GA: I think the bottom line is, how much risk do we want to take on? It's my impression that spine surgeons are less likely to rush toward being employed by hospitals. But there are many forces now at work driving us toward being employed — flat or declining reimbursement rates, more time spent appealing denials of coverage, more regulatory hurdles and an environment hyper-focused on evidence-based medicine and the need to continually demonstrate improved outcomes.

I've always found spine surgeons to be more likely than other specialties to be more receptive to the risk/reward aspects of independent practice, but perhaps the external influences will push spine surgeons into employment arrangements at rates similar to that of other specialists.

Q: What does the future model of spine surgeon employment look like?

GA: I think a lot of that will be determined by current and future regulatory changes. Will CMS and commercial payers allow more spine surgeries to take place in ambulatory surgical centers? How will payers reimburse for ASC-based surgeries versus hospital inpatient surgeries? Will lower payment rates for procedures at ASCs offset the loss of control an employed surgeon might experience working solely in one hospital? How will regulatory changes impact a surgeon's ownership of, or referral of patients to ASCs?

If spine surgeons are able to develop and grow a practice within their own ASCs, and are successfully able to gain access to patients through accountable care organizations and state health exchanges, then I don't think they will be rushing to become employed by hospitals any time soon.

Q: For surgeons who remain independent of health systems, how must they alter their approach and practice to survive in a tighter economic market?

I think as ACOs continue to evolve and state health exchanges get up and running next year (in some states, anyway), many surgeons will be taking a "wait and see" approach. Certainly remaining independent is going to take more work and require a continual acquisition of health information technology to remain relevant with and acceptable to payers. Again, if bundled payments for an entire episode of care become the norm in terms of reimbursement, then independent surgeons are not going to have a lot of leverage with hospitals and ASCs in order to gain their share of that shrinking pie.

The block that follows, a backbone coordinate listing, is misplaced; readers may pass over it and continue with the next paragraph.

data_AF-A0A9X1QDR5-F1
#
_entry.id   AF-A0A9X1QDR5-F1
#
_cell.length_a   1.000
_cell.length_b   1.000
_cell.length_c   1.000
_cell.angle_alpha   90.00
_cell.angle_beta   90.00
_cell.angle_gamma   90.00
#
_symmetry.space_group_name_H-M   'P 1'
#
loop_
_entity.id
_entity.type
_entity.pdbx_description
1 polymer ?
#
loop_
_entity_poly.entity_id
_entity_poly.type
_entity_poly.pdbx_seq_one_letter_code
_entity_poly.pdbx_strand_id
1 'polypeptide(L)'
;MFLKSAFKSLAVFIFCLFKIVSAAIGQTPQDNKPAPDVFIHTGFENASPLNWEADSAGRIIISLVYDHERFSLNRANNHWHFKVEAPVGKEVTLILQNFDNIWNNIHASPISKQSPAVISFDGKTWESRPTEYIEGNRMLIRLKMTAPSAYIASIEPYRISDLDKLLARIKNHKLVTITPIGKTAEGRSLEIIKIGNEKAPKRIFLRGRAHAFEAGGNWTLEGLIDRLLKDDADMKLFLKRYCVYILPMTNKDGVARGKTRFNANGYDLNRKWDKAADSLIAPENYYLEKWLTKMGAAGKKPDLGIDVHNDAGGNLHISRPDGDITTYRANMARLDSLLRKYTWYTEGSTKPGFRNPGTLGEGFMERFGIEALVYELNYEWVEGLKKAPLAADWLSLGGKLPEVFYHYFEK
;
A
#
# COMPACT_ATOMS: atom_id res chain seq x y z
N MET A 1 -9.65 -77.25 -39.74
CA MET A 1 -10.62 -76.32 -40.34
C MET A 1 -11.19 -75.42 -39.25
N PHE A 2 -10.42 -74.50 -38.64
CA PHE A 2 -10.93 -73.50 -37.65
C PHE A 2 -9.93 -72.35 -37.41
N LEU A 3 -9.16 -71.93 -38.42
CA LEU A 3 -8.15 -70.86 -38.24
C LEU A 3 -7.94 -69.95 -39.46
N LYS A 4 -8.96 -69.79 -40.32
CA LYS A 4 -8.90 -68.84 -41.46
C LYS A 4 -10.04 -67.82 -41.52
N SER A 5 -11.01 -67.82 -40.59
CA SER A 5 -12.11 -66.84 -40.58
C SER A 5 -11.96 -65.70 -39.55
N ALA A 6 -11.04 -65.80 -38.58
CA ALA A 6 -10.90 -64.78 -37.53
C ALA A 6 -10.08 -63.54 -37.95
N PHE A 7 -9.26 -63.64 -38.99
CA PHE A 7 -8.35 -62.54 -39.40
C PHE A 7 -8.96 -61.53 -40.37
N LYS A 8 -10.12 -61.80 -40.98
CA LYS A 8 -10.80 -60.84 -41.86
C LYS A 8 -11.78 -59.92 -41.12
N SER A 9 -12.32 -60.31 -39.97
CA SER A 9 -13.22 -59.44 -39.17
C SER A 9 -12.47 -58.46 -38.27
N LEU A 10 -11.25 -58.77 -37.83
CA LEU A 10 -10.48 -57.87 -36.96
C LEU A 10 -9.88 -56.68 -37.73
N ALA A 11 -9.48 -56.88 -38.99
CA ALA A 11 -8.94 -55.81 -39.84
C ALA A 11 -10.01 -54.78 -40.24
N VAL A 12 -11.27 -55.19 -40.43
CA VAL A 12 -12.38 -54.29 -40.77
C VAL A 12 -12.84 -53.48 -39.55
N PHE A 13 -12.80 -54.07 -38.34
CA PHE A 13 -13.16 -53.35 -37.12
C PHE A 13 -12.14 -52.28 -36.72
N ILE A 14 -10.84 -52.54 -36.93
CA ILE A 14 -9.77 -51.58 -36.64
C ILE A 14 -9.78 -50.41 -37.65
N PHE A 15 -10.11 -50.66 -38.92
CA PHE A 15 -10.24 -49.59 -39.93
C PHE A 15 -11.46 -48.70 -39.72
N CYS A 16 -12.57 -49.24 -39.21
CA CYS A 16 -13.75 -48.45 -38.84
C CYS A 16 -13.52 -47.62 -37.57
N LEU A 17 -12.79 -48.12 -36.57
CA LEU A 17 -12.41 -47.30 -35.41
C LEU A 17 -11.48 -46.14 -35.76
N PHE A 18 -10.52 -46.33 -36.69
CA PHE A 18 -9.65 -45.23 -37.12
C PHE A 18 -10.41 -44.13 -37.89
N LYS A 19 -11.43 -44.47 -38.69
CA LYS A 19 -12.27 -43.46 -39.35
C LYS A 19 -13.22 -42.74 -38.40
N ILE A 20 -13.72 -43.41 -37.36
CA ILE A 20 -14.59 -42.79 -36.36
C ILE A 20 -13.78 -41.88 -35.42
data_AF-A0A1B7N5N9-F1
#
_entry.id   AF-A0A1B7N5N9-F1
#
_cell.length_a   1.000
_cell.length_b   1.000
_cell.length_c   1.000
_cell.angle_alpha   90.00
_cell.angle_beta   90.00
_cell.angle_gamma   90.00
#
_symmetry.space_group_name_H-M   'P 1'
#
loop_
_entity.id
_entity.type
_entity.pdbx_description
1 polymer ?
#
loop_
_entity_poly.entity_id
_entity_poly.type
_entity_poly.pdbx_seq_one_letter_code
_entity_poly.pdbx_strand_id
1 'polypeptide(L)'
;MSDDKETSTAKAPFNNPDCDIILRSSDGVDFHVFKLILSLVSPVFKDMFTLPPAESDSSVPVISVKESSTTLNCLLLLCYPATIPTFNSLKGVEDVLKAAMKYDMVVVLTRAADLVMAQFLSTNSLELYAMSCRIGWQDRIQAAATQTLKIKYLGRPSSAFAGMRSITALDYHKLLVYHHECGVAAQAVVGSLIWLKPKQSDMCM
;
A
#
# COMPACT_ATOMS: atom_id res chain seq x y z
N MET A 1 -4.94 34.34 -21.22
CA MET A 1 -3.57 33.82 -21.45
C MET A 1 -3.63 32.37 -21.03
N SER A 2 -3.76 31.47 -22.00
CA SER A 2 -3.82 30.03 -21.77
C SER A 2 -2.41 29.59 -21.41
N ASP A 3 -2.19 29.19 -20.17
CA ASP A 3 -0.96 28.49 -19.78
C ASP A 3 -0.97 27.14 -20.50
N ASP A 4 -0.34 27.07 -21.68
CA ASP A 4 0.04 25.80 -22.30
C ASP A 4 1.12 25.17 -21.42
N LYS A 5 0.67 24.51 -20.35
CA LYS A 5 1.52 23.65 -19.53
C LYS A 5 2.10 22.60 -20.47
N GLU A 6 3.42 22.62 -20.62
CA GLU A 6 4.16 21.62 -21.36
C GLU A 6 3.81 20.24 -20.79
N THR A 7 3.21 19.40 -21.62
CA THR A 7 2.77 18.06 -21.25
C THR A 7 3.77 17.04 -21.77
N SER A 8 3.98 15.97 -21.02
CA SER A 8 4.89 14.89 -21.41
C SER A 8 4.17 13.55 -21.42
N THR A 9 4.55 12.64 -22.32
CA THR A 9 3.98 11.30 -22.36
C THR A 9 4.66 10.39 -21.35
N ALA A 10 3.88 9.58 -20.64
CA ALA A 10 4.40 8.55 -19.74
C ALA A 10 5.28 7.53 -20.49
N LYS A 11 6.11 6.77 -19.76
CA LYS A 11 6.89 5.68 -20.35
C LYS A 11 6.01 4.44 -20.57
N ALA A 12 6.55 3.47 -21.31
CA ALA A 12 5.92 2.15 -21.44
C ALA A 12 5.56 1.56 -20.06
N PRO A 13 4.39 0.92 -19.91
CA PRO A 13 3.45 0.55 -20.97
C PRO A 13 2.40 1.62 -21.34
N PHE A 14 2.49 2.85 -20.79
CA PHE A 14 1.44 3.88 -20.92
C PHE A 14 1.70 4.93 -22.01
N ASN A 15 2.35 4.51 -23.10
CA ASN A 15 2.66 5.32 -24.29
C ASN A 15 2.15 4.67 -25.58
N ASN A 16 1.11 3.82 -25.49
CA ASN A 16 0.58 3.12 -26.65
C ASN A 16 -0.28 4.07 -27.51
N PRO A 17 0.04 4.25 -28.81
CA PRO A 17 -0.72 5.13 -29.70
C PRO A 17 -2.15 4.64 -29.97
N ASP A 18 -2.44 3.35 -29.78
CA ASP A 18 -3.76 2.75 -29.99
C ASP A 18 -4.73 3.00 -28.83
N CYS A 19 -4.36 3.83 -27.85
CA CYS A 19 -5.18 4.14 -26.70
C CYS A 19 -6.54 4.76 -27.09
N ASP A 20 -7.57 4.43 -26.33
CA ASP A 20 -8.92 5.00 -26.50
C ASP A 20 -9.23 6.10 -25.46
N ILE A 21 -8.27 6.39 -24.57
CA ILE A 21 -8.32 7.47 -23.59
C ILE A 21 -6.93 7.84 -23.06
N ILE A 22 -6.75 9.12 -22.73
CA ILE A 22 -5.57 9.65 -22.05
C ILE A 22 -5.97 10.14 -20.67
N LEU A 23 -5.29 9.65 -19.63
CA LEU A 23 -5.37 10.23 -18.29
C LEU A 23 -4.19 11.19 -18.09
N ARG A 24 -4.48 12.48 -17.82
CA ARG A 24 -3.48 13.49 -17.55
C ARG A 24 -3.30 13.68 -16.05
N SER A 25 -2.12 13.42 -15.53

The other challenge independent surgeons face is a growing trend of payers requiring data collection as part of an approval of a given surgery; independent surgeons are going to have to build the proper infrastructure to accommodate those requirements, and that requires resources and efficiencies that may not be possible in smaller, independent settings. Independent physicians can work with hospitals without being employed through physician hospital organizations, provider contracts and similar arrangements. I foresee alternative approaches being developed over the next several years.

More Articles on Spine:

Dr. David Anderson Joins OrthoCarolina
International Society for the Advancement of Spine Surgery: Advocates for Spine Surgeons
Spine Surgeons: Keep the Insurance Profit, Reduce Taxes, Protect Assets — Own Your Own Insurance Company